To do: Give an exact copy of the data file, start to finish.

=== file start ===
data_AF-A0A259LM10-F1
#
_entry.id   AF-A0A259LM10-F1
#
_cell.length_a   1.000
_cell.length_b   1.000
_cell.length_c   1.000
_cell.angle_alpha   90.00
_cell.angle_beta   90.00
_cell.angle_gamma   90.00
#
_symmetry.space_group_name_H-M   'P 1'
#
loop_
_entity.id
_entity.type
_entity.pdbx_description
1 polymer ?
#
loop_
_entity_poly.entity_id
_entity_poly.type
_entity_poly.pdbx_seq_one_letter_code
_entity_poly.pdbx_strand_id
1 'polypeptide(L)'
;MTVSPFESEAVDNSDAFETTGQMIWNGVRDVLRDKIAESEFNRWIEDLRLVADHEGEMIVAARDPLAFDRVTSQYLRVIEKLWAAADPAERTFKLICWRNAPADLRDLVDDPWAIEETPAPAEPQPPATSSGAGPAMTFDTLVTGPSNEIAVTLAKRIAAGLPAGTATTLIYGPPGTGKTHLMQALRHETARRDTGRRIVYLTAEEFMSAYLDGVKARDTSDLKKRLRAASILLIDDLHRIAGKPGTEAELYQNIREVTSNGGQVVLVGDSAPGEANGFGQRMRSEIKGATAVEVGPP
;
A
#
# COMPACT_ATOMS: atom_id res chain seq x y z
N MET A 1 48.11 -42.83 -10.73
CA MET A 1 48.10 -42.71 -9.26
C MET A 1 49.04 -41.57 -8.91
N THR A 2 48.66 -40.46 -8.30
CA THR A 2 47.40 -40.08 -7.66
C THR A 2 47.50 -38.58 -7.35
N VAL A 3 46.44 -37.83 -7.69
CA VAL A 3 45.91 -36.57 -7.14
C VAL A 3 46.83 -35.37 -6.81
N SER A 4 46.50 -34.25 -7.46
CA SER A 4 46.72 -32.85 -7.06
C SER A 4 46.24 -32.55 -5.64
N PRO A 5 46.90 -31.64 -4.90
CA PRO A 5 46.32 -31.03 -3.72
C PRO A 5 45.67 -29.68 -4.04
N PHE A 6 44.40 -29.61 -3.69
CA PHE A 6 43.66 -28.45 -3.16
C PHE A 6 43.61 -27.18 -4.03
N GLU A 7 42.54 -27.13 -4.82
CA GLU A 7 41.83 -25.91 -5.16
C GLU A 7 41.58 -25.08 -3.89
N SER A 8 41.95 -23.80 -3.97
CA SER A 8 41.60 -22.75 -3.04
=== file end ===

data_AF-A0A259LM10-F1
#
_entry.id   AF-A0A259LM10-F1
#
_cell.length_a   1.000
_cell.length_b   1.000
_cell.length_c   1.000
_cell.angle_alpha   90.00
_cell.angle_beta   90.00
_cell.angle_gamma   90.00
#
_symmetry.space_group_name_H-M   'P 1'
#
loop_
_entity.id
_entity.type
_entity.pdbx_description
1 polymer ?
#
loop_
_entity_poly.entity_id
_entity_poly.type
_entity_poly.pdbx_seq_one_letter_code
_entity_poly.pdbx_strand_id
1 'polypeptide(L)'
;MTVSPFESEAVDNSDAFETTGQMIWNGVRDVLRDKIAESEFNRWIEDLRLVADHEGEMIVAARDPLAFDRVTSQYLRVIEKLWAAADPAERTFKLICWRNAPADLRDLVDDPWAIEETPAPAEPQPPATSSGAGPAMTFDTLVTGPSNEIAVTLAKRIAAGLPAGTATTLIYGPPGTGKTHLMQALRHETARRDTGRRIVYLTAEEFMSAYLDGVKARDTSDLKKRLRAASILLIDDLHRIAGKPGTEAELYQNIREVTSNGGQVVLVGDSAPGEANGFGQRMRSEIKGATAVEVGPP
;
A
#
# COMPACT_ATOMS: atom_id res chain seq x y z
N MET A 1 48.11 -42.83 -10.73
CA MET A 1 48.10 -42.71 -9.26
C MET A 1 49.04 -41.57 -8.91
N THR A 2 48.66 -40.46 -8.30
CA THR A 2 47.40 -40.08 -7.66
C THR A 2 47.50 -38.58 -7.35
N VAL A 3 46.44 -37.83 -7.69
CA VAL A 3 45.91 -36.57 -7.14
C VAL A 3 46.83 -35.37 -6.81
N SER A 4 46.50 -34.25 -7.46
CA SER A 4 46.72 -32.85 -7.06
C SER A 4 46.24 -32.55 -5.64
N PRO A 5 46.90 -31.64 -4.90
CA PRO A 5 46.32 -31.03 -3.72
C PRO A 5 45.67 -29.68 -4.04
N PHE A 6 44.40 -29.61 -3.69
CA PHE A 6 43.66 -28.45 -3.16
C PHE A 6 43.61 -27.18 -4.03
N GLU A 7 42.54 -27.13 -4.82
CA GLU A 7 41.83 -25.91 -5.16
C GLU A 7 41.58 -25.08 -3.89
N SER A 8 41.95 -23.80 -3.97
CA SER A 8 41.60 -22.75 -3.04